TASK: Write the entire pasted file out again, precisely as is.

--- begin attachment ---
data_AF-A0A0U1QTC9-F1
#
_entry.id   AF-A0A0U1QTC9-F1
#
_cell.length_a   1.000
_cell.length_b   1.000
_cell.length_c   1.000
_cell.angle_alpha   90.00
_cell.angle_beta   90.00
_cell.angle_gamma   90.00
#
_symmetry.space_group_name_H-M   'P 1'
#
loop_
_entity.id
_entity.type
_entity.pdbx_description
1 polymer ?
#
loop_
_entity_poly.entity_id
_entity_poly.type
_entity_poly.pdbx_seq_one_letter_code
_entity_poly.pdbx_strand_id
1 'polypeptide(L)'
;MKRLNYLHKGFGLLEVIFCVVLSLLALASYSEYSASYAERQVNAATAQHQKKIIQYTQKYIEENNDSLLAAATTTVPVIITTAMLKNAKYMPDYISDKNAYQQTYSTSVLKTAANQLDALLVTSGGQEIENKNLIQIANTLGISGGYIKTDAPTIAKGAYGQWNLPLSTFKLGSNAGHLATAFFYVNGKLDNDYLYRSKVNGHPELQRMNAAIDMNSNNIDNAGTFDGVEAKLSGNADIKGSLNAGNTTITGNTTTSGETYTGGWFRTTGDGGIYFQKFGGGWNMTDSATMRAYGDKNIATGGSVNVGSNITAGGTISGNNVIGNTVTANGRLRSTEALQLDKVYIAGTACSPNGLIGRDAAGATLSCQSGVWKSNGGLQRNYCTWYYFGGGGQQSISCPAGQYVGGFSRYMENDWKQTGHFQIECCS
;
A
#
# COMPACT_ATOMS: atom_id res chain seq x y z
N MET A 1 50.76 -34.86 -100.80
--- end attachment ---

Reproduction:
data_AF-A0A0U1QTC9-F1
#
_entry.id   AF-A0A0U1QTC9-F1
#
_cell.length_a   1.000
_cell.length_b   1.000
_cell.length_c   1.000
_cell.angle_alpha   90.00
_cell.angle_beta   90.00
_cell.angle_gamma   90.00
#
_symmetry.space_group_name_H-M   'P 1'
#
loop_
_entity.id
_entity.type
_entity.pdbx_description
1 polymer ?
#
loop_
_entity_poly.entity_id
_entity_poly.type
_entity_poly.pdbx_seq_one_letter_code
_entity_poly.pdbx_strand_id
1 'polypeptide(L)'
;MKRLNYLHKGFGLLEVIFCVVLSLLALASYSEYSASYAERQVNAATAQHQKKIIQYTQKYIEENNDSLLAAATTTVPVIITTAMLKNAKYMPDYISDKNAYQQTYSTSVLKTAANQLDALLVTSGGQEIENKNLIQIANTLGISGGYIKTDAPTIAKGAYGQWNLPLSTFKLGSNAGHLATAFFYVNGKLDNDYLYRSKVNGHPELQRMNAAIDMNSNNIDNAGTFDGVEAKLSGNADIKGSLNAGNTTITGNTTTSGETYTGGWFRTTGDGGIYFQKFGGGWNMTDSATMRAYGDKNIATGGSVNVGSNITAGGTISGNNVIGNTVTANGRLRSTEALQLDKVYIAGTACSPNGLIGRDAAGATLSCQSGVWKSNGGLQRNYCTWYYFGGGGQQSISCPAGQYVGGFSRYMENDWKQTGHFQIECCS
;
A
#
# COMPACT_ATOMS: atom_id res chain seq x y z
N MET A 1 50.76 -34.86 -100.80